This number of characters introduces another innovation for the Craft Sequence to Ruin of Angels; in a book of less than six hundred pages, there are nearly eighty chapters, and each one is from the point of view of a different character, in some cases multiple characters. This is vitally important in giving us different perspectives on the events of the novel, and indeed the characters, at earlier stages; seeing how Kai and Zeddig see each other, for instance, is a wonderful piece of writing. However, especially as the action gets faster and Ruin of Angels moves towards its climax, it gets rather choppy and draws out the action and cliffhangers in a way that moves from powerful towards frustrating as Gladstone barely gives full scenes before cutting away.

Ruin of Angels marks something of a break for the Craft Sequence: less economic in scope, more concerned with naked power; more head-hopping and with a larger cast. But it still has the same essentially hopeful tone, the same flashes of brilliant humour, and the same excellence as ever; I highly commend Max Gladstone’s work to you, and think this continues the series in exceptional form.

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Amatka by Karin Tidbeck, trans. Karin Tidbeck

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Vanja, an information assistant, is sent from her home city of Essre to the austere, wintry colony of Amatka with an assignment to collect intelligence for the government. Immediately she feels that something strange is going on: people act oddly in Amatka, and citizens are monitored for signs of subversion.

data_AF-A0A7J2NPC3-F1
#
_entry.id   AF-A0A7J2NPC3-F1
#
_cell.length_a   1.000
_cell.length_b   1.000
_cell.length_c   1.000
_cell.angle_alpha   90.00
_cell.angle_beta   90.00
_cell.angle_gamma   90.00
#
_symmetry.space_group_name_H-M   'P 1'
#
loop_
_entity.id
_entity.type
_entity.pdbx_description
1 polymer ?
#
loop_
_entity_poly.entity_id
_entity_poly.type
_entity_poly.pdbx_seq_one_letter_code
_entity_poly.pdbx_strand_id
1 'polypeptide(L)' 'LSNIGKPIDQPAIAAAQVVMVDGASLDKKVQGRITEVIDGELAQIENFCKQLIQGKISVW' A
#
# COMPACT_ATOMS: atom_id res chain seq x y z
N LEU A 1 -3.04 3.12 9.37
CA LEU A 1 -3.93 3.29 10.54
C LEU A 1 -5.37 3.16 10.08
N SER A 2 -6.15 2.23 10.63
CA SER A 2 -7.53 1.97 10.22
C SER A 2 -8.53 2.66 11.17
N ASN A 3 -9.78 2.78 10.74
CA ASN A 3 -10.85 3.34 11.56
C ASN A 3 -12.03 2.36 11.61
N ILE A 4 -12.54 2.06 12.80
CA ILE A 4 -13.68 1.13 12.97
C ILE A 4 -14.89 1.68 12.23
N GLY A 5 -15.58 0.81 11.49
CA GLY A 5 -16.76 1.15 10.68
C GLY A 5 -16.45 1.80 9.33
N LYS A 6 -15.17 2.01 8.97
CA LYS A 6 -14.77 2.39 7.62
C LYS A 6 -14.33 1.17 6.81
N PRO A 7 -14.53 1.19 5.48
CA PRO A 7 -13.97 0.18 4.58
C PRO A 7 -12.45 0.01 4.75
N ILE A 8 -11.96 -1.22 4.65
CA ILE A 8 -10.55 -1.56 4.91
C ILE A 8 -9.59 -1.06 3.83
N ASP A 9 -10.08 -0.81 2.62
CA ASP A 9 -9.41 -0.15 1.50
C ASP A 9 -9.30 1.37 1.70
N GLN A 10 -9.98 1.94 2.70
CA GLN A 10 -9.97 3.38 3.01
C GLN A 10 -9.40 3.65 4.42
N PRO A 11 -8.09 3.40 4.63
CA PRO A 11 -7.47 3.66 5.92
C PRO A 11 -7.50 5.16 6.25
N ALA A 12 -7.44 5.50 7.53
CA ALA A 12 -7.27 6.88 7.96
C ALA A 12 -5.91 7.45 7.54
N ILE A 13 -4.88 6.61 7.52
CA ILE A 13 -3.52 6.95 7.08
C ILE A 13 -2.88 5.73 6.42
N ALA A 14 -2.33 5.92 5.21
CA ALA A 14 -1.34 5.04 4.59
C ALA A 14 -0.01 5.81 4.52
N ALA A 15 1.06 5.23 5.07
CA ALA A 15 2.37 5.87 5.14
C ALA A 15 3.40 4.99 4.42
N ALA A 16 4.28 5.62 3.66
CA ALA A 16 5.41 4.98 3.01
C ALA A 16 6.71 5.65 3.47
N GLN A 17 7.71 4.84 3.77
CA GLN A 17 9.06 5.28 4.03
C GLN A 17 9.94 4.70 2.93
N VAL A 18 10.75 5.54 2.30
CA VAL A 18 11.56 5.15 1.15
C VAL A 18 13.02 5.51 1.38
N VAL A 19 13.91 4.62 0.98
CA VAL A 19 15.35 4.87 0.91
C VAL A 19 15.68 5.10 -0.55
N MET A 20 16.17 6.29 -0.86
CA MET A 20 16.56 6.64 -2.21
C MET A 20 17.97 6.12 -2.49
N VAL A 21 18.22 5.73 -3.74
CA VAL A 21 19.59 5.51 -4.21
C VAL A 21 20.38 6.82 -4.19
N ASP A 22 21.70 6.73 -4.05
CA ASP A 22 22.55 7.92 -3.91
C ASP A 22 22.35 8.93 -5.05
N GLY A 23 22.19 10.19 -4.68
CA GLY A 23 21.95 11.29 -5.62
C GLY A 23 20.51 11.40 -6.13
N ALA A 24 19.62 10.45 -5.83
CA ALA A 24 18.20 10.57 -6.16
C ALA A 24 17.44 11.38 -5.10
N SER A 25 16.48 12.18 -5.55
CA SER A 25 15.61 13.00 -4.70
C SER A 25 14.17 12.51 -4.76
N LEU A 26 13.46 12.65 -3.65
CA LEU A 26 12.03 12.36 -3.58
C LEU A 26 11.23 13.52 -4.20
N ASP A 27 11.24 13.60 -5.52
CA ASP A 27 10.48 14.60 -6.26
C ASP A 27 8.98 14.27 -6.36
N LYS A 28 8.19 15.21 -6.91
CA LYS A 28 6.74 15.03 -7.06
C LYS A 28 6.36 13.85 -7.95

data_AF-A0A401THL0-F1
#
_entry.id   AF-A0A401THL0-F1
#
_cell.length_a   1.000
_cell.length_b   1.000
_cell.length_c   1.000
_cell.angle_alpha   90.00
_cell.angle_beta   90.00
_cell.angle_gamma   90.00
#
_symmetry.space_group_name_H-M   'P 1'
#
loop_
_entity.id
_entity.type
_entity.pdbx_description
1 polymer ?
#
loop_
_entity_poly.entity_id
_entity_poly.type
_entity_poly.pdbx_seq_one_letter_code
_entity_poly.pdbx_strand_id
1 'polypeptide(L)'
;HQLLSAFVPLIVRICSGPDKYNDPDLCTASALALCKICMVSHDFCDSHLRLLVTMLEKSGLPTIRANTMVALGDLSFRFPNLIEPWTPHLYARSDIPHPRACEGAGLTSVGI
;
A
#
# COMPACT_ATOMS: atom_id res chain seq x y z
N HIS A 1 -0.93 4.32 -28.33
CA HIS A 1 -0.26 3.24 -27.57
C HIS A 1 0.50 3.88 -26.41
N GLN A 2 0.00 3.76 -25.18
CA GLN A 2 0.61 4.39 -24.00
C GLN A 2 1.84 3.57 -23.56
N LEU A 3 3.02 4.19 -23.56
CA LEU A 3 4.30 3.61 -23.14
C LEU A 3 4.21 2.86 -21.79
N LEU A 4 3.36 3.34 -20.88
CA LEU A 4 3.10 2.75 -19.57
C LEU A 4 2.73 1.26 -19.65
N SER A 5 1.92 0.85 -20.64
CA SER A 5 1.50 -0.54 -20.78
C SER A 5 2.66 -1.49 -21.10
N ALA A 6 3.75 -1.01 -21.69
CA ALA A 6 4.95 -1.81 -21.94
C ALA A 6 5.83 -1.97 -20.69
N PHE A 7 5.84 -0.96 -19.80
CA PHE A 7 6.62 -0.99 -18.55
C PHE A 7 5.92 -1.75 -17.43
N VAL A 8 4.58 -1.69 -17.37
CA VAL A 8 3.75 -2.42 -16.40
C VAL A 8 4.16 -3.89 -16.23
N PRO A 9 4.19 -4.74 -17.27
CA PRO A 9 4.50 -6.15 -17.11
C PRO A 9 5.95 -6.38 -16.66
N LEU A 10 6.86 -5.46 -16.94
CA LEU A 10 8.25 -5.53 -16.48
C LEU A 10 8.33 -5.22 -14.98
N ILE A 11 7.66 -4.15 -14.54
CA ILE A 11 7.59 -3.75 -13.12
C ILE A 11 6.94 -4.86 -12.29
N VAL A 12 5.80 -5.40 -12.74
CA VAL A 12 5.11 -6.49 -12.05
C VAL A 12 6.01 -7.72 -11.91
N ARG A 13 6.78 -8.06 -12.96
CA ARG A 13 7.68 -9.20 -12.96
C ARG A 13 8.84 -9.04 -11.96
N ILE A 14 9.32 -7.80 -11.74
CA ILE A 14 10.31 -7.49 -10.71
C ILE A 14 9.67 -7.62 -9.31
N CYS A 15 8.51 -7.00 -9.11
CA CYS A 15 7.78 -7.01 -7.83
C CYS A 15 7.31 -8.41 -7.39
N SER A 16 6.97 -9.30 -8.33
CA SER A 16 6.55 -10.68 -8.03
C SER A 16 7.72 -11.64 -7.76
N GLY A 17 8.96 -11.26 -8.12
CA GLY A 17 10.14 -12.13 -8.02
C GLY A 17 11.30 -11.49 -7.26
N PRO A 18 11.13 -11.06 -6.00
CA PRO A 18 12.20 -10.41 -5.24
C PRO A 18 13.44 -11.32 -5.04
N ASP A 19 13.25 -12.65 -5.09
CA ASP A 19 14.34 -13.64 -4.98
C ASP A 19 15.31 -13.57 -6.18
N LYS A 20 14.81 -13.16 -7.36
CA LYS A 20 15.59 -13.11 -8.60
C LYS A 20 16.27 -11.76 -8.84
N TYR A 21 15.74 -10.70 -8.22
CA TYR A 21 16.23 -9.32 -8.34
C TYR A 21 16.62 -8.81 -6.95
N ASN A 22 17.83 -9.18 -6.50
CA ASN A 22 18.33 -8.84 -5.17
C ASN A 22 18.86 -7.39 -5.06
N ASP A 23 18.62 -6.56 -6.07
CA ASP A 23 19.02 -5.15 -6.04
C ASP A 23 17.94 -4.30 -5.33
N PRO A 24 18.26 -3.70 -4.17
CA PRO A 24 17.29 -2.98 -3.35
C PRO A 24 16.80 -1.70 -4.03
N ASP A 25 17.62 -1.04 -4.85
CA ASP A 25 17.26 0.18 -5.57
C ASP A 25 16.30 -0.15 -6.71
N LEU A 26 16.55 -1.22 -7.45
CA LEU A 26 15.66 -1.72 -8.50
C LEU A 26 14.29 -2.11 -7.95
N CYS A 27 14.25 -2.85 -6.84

Intending to stay just a short while, Vanja falls in love with her housemate, Nina, and prolongs her visit. But when she stumbles on evidence of a growing threat to the colony, and a cover-up by its administration, she embarks on an investigation that puts her at tremendous risk.

In Karin Tidbeck’s world, everyone is suspect, no one is safe, and nothing—not even language, nor the very fabric of reality—can be taken for granted. Amatka is a beguiling and wholly original novel about freedom, love, and artistic creation by a captivating new voice.
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Karin Tidbeck first came to my attention through Cheeky Frawg’s publication of Jagganath a few years back; it feels like even then we were all waiting for a novel by this multitalented multilinguist who translates her own fiction from Swedish into English, including this novel. So perhaps it is no surprise that Amatka is such a linguistically involved novel…